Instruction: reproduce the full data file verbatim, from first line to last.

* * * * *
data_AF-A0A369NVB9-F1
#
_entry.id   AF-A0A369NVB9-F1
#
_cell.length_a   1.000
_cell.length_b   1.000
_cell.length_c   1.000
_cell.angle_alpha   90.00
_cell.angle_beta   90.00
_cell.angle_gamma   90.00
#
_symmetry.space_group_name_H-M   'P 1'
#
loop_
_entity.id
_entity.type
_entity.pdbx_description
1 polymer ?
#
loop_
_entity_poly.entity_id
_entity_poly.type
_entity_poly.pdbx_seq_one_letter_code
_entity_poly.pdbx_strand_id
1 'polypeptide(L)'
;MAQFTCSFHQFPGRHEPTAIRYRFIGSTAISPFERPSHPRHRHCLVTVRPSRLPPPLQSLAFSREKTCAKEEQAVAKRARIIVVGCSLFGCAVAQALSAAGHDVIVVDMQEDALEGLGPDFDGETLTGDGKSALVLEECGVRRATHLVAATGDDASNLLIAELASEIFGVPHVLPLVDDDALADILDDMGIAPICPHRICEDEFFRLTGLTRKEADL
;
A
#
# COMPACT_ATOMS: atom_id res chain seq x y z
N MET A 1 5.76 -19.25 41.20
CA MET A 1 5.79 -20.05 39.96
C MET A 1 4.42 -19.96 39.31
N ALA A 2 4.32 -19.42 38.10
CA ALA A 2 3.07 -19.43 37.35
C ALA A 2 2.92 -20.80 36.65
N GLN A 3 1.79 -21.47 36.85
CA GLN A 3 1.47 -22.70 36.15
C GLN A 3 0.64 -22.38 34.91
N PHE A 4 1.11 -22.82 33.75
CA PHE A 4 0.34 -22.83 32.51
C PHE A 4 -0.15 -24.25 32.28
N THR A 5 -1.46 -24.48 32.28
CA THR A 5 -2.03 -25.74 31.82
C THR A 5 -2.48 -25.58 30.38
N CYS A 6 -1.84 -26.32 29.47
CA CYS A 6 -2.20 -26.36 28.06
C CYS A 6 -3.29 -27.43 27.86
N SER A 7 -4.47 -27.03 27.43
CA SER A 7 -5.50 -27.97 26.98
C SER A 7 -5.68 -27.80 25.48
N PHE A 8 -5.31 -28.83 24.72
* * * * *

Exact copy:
data_AF-A0A369NVB9-F1
#
_entry.id   AF-A0A369NVB9-F1
#
_cell.length_a   1.000
_cell.length_b   1.000
_cell.length_c   1.000
_cell.angle_alpha   90.00
_cell.angle_beta   90.00
_cell.angle_gamma   90.00
#
_symmetry.space_group_name_H-M   'P 1'
#
loop_
_entity.id
_entity.type
_entity.pdbx_description
1 polymer ?
#
loop_
_entity_poly.entity_id
_entity_poly.type
_entity_poly.pdbx_seq_one_letter_code
_entity_poly.pdbx_strand_id
1 'polypeptide(L)'
;MAQFTCSFHQFPGRHEPTAIRYRFIGSTAISPFERPSHPRHRHCLVTVRPSRLPPPLQSLAFSREKTCAKEEQAVAKRARIIVVGCSLFGCAVAQALSAAGHDVIVVDMQEDALEGLGPDFDGETLTGDGKSALVLEECGVRRATHLVAATGDDASNLLIAELASEIFGVPHVLPLVDDDALADILDDMGIAPICPHRICEDEFFRLTGLTRKEADL
;
A
#
# COMPACT_ATOMS: atom_id res chain seq x y z
N MET A 1 5.76 -19.25 41.20
CA MET A 1 5.79 -20.05 39.96
C MET A 1 4.42 -19.96 39.31
N ALA A 2 4.32 -19.42 38.10
CA ALA A 2 3.07 -19.43 37.35
C ALA A 2 2.92 -20.80 36.65
N GLN A 3 1.79 -21.47 36.85
CA GLN A 3 1.47 -22.70 36.15
C GLN A 3 0.64 -22.38 34.91
N PHE A 4 1.11 -22.82 33.75
CA PHE A 4 0.34 -22.83 32.51
C PHE A 4 -0.15 -24.25 32.28
N THR A 5 -1.46 -24.48 32.28
CA THR A 5 -2.03 -25.74 31.82
C THR A 5 -2.48 -25.58 30.38
N CYS A 6 -1.84 -26.32 29.47
CA CYS A 6 -2.20 -26.36 28.06
C CYS A 6 -3.29 -27.43 27.86
N SER A 7 -4.47 -27.03 27.43
CA SER A 7 -5.50 -27.97 26.98
C SER A 7 -5.68 -27.80 25.48
N PHE A 8 -5.31 -28.83 24.72